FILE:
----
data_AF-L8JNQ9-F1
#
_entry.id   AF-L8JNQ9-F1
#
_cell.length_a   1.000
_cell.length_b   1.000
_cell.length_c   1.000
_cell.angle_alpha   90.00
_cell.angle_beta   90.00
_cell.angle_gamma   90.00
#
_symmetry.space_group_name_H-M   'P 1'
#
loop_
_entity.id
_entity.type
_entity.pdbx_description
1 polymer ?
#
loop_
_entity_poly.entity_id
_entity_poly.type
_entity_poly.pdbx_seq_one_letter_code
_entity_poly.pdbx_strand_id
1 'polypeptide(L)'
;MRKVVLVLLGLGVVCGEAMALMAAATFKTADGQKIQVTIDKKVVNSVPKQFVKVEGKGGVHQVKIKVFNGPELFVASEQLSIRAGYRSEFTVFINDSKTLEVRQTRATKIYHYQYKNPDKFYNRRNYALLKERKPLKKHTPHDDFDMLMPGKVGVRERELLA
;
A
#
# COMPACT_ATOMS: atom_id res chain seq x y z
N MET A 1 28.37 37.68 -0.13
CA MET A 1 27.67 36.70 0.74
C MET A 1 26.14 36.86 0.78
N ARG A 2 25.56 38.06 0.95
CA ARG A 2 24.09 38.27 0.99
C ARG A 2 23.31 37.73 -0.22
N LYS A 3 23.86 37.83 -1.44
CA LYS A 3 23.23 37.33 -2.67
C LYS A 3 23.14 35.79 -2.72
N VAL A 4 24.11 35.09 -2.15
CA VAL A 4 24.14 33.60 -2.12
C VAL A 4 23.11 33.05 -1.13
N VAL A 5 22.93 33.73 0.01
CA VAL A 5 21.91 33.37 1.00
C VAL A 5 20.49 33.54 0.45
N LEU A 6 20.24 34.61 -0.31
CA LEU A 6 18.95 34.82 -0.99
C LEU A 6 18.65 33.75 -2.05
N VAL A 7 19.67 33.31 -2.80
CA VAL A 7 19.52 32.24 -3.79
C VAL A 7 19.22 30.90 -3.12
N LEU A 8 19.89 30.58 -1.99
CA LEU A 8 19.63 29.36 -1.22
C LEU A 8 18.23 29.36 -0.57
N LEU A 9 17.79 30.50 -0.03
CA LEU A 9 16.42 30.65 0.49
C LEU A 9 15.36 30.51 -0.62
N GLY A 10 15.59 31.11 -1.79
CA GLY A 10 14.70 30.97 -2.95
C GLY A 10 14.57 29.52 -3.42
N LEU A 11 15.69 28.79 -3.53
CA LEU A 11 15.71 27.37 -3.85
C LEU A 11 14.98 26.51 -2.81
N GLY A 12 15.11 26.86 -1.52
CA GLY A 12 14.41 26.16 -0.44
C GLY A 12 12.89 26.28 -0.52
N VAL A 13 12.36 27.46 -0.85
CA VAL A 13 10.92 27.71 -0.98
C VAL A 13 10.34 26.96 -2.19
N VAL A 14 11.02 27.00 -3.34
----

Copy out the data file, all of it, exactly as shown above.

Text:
data_AF-L8JNQ9-F1
#
_entry.id   AF-L8JNQ9-F1
#
_cell.length_a   1.000
_cell.length_b   1.000
_cell.length_c   1.000
_cell.angle_alpha   90.00
_cell.angle_beta   90.00
_cell.angle_gamma   90.00
#
_symmetry.space_group_name_H-M   'P 1'
#
loop_
_entity.id
_entity.type
_entity.pdbx_description
1 polymer ?
#
loop_
_entity_poly.entity_id
_entity_poly.type
_entity_poly.pdbx_seq_one_letter_code
_entity_poly.pdbx_strand_id
1 'polypeptide(L)'
;MRKVVLVLLGLGVVCGEAMALMAAATFKTADGQKIQVTIDKKVVNSVPKQFVKVEGKGGVHQVKIKVFNGPELFVASEQLSIRAGYRSEFTVFINDSKTLEVRQTRATKIYHYQYKNPDKFYNRRNYALLKERKPLKKHTPHDDFDMLMPGKVGVRERELLA
;
A
#
# COMPACT_ATOMS: atom_id res chain seq x y z
N MET A 1 28.37 37.68 -0.13
CA MET A 1 27.67 36.70 0.74
C MET A 1 26.14 36.86 0.78
N ARG A 2 25.56 38.06 0.95
CA ARG A 2 24.09 38.27 0.99
C ARG A 2 23.31 37.73 -0.22
N LYS A 3 23.86 37.83 -1.44
CA LYS A 3 23.23 37.33 -2.67
C LYS A 3 23.14 35.79 -2.72
N VAL A 4 24.11 35.09 -2.15
CA VAL A 4 24.14 33.60 -2.12
C VAL A 4 23.11 33.05 -1.13
N VAL A 5 22.93 33.73 0.01
CA VAL A 5 21.91 33.37 1.00
C VAL A 5 20.49 33.54 0.45
N LEU A 6 20.24 34.61 -0.31
CA LEU A 6 18.95 34.82 -0.99
C LEU A 6 18.65 33.75 -2.05
N VAL A 7 19.67 33.31 -2.80
CA VAL A 7 19.52 32.24 -3.79
C VAL A 7 19.22 30.90 -3.12
N LEU A 8 19.89 30.58 -1.99
CA LEU A 8 19.63 29.36 -1.22
C LEU A 8 18.23 29.36 -0.57
N LEU A 9 17.79 30.50 -0.03
CA LEU A 9 16.42 30.65 0.49
C LEU A 9 15.36 30.51 -0.62
N GLY A 10 15.59 31.11 -1.79
CA GLY A 10 14.70 30.97 -2.95
C GLY A 10 14.57 29.52 -3.42
N LEU A 11 15.69 28.79 -3.53
CA LEU A 11 15.71 27.37 -3.85
C LEU A 11 14.98 26.51 -2.81
N GLY A 12 15.11 26.86 -1.52
CA GLY A 12 14.41 26.16 -0.44
C GLY A 12 12.89 26.28 -0.52
N VAL A 13 12.36 27.46 -0.85
CA VAL A 13 10.92 27.71 -0.98
C VAL A 13 10.34 26.96 -2.19
N VAL A 14 11.02 27.00 -3.34